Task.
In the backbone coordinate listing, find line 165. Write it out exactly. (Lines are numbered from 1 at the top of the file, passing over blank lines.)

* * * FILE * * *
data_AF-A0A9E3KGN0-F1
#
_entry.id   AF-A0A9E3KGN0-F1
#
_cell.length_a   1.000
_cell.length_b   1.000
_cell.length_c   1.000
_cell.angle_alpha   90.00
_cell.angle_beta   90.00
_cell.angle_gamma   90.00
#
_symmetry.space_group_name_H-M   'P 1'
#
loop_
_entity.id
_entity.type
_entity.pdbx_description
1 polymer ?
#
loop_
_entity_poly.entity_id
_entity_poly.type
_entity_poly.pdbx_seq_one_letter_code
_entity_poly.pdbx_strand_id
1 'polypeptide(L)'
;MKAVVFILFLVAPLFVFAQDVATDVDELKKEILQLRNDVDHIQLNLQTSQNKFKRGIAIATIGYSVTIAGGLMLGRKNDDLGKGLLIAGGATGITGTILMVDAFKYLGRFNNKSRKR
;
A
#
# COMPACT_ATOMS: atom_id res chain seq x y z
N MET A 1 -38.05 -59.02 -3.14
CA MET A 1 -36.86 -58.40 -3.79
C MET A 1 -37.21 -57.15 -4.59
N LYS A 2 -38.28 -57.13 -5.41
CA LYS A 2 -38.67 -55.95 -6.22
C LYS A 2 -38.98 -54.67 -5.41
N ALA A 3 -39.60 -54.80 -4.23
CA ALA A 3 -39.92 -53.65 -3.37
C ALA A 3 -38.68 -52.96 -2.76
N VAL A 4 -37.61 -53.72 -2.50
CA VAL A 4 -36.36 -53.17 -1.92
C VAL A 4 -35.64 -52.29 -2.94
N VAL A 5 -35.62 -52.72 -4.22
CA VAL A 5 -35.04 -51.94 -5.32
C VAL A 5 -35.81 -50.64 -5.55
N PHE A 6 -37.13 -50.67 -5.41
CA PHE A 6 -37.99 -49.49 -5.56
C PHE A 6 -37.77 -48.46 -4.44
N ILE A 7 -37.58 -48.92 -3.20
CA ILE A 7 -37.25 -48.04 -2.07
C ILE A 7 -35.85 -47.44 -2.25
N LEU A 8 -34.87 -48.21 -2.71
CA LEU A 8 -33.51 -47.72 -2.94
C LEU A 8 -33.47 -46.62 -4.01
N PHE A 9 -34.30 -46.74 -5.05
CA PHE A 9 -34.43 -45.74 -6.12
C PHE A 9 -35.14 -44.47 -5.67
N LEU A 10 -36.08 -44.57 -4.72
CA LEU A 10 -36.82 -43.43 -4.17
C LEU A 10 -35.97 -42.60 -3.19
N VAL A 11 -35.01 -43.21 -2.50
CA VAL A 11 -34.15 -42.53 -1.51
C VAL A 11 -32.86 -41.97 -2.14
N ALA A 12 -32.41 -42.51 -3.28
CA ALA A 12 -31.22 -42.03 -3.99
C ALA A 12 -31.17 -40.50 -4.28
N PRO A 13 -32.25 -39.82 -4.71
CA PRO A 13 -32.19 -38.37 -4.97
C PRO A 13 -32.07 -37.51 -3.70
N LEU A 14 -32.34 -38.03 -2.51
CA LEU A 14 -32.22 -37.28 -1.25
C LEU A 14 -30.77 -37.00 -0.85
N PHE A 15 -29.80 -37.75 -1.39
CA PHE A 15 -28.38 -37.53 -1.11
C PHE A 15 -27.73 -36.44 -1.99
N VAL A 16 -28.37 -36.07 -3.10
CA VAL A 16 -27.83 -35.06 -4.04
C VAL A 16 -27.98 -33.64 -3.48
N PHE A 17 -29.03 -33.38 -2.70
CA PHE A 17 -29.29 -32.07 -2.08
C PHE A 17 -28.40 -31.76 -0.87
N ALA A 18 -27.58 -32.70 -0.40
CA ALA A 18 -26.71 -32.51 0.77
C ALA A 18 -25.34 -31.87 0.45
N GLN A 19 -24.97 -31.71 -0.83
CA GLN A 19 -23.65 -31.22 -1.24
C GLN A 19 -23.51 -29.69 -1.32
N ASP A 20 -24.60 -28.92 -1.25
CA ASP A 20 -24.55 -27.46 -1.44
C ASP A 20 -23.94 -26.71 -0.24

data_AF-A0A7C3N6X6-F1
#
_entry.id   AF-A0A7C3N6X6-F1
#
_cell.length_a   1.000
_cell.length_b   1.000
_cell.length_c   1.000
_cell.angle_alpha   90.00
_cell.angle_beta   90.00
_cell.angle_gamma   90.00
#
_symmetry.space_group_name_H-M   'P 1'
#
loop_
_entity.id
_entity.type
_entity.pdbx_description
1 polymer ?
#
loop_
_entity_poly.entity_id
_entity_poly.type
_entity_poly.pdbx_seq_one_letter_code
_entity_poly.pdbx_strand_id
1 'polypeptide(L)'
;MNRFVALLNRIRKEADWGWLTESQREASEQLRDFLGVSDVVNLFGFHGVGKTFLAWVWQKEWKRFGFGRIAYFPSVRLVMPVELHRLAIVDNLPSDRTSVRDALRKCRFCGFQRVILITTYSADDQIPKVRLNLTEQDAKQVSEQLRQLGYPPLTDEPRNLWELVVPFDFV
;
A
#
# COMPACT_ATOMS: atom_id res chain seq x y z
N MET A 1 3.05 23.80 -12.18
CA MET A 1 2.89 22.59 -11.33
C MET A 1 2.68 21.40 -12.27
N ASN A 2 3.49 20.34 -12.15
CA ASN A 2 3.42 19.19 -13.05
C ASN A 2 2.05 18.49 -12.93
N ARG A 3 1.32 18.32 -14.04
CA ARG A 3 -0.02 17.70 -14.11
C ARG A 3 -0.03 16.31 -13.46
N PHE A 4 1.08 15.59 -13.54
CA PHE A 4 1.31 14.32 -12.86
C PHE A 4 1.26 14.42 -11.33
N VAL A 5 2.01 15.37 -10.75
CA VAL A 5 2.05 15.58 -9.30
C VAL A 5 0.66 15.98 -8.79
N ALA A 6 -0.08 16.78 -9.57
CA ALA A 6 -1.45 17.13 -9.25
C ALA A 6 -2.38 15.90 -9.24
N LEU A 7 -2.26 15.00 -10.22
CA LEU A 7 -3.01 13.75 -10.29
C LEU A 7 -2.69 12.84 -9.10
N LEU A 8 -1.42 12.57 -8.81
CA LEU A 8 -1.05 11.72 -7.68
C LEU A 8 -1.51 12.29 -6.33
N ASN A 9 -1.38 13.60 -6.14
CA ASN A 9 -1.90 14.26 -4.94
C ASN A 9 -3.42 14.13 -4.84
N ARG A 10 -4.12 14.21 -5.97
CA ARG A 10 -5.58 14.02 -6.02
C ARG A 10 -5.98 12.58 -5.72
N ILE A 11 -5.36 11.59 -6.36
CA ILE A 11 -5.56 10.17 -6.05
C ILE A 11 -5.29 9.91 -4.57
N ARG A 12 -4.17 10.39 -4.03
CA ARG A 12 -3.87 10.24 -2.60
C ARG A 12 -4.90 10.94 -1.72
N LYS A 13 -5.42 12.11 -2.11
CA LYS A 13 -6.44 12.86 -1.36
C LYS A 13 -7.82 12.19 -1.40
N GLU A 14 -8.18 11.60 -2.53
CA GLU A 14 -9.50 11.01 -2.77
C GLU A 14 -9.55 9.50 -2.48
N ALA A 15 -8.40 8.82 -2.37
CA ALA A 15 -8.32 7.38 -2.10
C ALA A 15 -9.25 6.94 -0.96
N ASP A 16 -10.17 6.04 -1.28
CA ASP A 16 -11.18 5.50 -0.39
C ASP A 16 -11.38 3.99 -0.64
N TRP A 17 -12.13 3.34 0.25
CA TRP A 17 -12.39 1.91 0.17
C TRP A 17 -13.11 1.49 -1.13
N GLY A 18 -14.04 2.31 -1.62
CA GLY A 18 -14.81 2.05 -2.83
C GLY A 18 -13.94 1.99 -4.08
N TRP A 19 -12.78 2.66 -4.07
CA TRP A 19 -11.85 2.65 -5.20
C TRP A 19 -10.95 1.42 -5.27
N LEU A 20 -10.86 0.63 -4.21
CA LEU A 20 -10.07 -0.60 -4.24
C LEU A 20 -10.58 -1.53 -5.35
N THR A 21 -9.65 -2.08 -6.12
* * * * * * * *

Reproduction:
C ALA A 15 -9.25 6.94 -0.96